Reader Justin Scott, an Iowan who takes his politics seriously, has been going to meet-and-greets with a number of candidates to ask why atheists should consider supporting them.
Yesterday, he went to a rally for Sen. Marco Rubio rally and asked him why atheists ought to vote for him, especially when he’s putting out Jesus-loving ads like this one.
He dodged the question, making the case that atheists have the right to believe whatever they want, but Rubio will share his faith as he sees fit:
… I’m gonna share my faith, especially when I’m asked, because my faith influences who I am in every aspect of my life.
First of all, I believe you can’t really understand America unless you don’t understand… If you don’t believe that Judeo-Christian values influenced America, you don’t know history…
This nation was founded on the principle that our rights come from our Creator. If there’s no Creator, then where did your rights come from? And so that’s why it’s important for us to understand that. We’re gonna protect the right of Americans to continue to believe that.
We’re also gonna have a country where no one is forced to violate their conscience. Which means no one’s going to force you to believe in God. But no one’s gonna force me to stop talking about God.
I’m not gonna force you to pray, I’m not gonna force you to go to church, I’m not gonna force you to… espouse beliefs you don’t have. But no one’s gonna take away my right and your right to live out the teachings of your faith. No one.
Besides the fact that God didn’t write the Constitution (or the Declaration of Independence), none of this addressed Justin’s question. Protecting people’s freedom of religion is a given. Atheists aren’t taking that away from anybody. Of course Christians can believe what they want. So can atheists. That was never in doubt.
The question is really about where the line falls between church and state. Should Rubio be asking people to vote for him simply because he’s a Christian and not because of his ideas, as his last ad suggested? As President, would he be making religious pronouncements on behalf of the government?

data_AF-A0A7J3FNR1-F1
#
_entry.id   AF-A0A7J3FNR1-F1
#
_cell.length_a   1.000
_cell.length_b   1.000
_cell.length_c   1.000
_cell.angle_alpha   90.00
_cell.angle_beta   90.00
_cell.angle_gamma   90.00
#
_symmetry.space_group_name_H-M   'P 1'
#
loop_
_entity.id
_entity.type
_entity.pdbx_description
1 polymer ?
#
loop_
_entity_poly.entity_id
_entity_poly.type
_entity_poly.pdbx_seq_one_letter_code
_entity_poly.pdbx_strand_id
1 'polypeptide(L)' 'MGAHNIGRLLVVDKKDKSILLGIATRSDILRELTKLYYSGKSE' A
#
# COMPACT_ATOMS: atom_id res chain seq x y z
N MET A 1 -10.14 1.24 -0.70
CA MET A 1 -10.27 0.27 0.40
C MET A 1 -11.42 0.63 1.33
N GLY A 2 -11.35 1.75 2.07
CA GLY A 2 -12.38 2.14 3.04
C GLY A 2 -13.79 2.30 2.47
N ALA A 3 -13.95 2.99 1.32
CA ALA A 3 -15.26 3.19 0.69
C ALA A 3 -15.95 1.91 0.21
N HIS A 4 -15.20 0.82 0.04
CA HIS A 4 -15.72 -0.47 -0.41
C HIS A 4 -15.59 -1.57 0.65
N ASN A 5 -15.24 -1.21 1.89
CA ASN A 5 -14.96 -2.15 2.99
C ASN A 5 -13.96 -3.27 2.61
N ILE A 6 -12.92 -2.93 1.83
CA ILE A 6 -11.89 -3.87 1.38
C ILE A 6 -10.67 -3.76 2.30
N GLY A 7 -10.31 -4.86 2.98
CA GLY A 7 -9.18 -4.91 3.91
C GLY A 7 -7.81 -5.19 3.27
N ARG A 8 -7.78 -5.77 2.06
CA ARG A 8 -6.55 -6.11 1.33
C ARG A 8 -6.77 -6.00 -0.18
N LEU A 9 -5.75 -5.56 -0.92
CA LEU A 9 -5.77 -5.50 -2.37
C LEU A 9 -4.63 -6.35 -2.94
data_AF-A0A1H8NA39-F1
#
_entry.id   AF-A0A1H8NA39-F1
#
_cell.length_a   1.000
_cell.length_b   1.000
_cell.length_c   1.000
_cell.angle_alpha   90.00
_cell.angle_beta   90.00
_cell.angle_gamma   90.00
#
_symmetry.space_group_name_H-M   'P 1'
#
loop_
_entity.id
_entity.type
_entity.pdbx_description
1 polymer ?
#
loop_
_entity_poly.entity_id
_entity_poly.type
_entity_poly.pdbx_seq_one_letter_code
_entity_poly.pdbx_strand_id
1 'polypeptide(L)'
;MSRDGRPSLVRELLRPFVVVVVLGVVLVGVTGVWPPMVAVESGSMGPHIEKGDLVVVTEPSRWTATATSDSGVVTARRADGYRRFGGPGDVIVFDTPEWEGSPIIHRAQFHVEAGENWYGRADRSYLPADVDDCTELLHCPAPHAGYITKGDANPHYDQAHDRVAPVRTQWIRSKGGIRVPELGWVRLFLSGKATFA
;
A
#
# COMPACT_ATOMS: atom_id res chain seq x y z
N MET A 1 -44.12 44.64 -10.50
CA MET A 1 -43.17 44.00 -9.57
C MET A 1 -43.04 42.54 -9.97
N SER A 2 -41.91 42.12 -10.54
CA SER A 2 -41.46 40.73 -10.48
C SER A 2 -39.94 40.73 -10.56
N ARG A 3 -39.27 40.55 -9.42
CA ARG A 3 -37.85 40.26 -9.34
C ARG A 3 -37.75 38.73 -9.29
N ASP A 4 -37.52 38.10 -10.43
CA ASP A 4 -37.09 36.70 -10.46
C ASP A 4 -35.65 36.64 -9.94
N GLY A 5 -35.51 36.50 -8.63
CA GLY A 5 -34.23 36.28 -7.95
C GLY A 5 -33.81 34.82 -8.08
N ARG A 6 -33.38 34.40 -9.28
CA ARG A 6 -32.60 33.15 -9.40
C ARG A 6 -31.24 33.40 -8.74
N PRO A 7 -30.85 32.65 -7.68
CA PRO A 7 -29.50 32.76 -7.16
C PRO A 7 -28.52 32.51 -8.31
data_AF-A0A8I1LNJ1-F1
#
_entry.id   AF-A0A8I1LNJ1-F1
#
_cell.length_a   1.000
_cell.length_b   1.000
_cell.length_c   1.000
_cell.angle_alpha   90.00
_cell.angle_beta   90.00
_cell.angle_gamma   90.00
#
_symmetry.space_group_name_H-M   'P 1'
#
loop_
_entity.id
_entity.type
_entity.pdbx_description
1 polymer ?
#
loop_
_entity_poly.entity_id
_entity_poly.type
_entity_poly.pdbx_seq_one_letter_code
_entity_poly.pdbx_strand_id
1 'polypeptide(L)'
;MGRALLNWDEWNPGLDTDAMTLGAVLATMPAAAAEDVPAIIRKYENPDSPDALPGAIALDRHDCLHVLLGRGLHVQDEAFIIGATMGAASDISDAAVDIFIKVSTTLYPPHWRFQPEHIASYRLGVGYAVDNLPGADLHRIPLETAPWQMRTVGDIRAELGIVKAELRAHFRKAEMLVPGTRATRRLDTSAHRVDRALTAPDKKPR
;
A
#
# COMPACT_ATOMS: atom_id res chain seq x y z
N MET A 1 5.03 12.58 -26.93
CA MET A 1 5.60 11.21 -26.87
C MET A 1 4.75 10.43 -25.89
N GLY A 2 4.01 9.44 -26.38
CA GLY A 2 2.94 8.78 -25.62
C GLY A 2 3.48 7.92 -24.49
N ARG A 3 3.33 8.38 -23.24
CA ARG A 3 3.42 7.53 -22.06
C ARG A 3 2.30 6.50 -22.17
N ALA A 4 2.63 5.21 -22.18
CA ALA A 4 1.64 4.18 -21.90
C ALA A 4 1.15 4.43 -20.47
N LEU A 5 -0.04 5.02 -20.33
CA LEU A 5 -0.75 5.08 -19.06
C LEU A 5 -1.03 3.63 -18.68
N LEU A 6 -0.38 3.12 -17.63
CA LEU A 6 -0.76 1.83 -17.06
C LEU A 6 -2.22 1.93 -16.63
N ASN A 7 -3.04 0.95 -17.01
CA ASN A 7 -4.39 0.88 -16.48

Based on his answers, Rubio says he can’t get away from that because there’s no way for him to separate the two worlds.
He went on:
… I know that, if I’m lucky, I’ll get to live to be 85 or 90… but I’m more interested in eternity, and the ability to live forever with my Creator… That’s what I aspire to more than anything else.…
I believe that God, our Creator, became a man, and He came down to Earth and lived among us, suffered like a man would. Emotions. Physical suffering. Emotional suffering. Pain. Illness. Sickness. Sadness. And then He died. And He died to remove sins that we couldn’t remove up to that point. They could only be covered but they couldn’t be removed. And, as a result, I now have the free gift of the opportunity to live forever with my Creator. And I believe that passionately, and it influences every aspect of my life.
That’s… fucking frightening.
This is religious delusion at work: Rubio has no aspiration greater than living for eternity next to his fictional friend. Sure, let’s give him the nuclear codes. Why not. Let’s give control of the military to a man who cares more about the next life, not this one.
In every other civilized nation, those comments would be reason to keep him out of politics. In the United States, those are the magic words he needs to say to get elected to the highest office in the land.
Rubio then said it’s good that his faith influences him because that makes him do wonderful things, like love his neighbor.
I repeat: Rubio, who said his Supreme Court selections would unravel marriage equality and roll back transgender rights, thinks his God makes him more compassionate.
If that’s what God’s love looks like, I want nothing to do with it.
Not that any of you were thinking about supporting Rubio, but his response just solidifies the fact that he doesn’t care about what atheists want. He’s a President who cares about Christians more than everyone else. And if his faith ever conflicts with the Constitution, he’ll pick faith every time.